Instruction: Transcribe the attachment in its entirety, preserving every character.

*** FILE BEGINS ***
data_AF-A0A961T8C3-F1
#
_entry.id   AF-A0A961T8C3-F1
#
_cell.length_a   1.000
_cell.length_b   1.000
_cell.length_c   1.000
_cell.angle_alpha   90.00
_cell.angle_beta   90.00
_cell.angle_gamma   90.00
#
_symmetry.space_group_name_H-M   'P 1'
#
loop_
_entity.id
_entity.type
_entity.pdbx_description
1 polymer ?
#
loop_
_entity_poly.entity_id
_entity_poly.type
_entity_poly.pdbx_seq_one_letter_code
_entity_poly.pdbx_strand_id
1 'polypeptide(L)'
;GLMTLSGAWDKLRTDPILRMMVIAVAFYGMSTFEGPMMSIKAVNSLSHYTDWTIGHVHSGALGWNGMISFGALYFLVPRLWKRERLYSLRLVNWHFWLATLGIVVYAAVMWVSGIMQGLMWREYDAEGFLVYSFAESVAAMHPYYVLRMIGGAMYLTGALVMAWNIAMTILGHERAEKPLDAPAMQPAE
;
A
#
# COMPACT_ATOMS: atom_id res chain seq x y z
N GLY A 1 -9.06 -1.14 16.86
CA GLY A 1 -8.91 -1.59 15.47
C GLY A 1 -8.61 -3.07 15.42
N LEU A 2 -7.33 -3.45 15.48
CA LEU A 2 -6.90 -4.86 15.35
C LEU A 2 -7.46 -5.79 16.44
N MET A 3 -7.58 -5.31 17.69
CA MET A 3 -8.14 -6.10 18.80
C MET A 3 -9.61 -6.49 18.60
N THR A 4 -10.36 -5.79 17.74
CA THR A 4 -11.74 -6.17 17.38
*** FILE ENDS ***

data_AF-A0A961T8C3-F1
#
_entry.id   AF-A0A961T8C3-F1
#
_cell.length_a   1.000
_cell.length_b   1.000
_cell.length_c   1.000
_cell.angle_alpha   90.00
_cell.angle_beta   90.00
_cell.angle_gamma   90.00
#
_symmetry.space_group_name_H-M   'P 1'
#
loop_
_entity.id
_entity.type
_entity.pdbx_description
1 polymer ?
#
loop_
_entity_poly.entity_id
_entity_poly.type
_entity_poly.pdbx_seq_one_letter_code
_entity_poly.pdbx_strand_id
1 'polypeptide(L)'
;GLMTLSGAWDKLRTDPILRMMVIAVAFYGMSTFEGPMMSIKAVNSLSHYTDWTIGHVHSGALGWNGMISFGALYFLVPRLWKRERLYSLRLVNWHFWLATLGIVVYAAVMWVSGIMQGLMWREYDAEGFLVYSFAESVAAMHPYYVLRMIGGAMYLTGALVMAWNIAMTILGHERAEKPLDAPAMQPAE
;
A
#
# COMPACT_ATOMS: atom_id res chain seq x y z
N GLY A 1 -9.06 -1.14 16.86
CA GLY A 1 -8.91 -1.59 15.47
C GLY A 1 -8.61 -3.07 15.42
N LEU A 2 -7.33 -3.45 15.48
CA LEU A 2 -6.90 -4.86 15.35
C LEU A 2 -7.46 -5.79 16.44
N MET A 3 -7.58 -5.31 17.69
CA MET A 3 -8.14 -6.10 18.80
C MET A 3 -9.61 -6.49 18.60
N THR A 4 -10.36 -5.79 17.74
CA THR A 4 -11.74 -6.17 17.38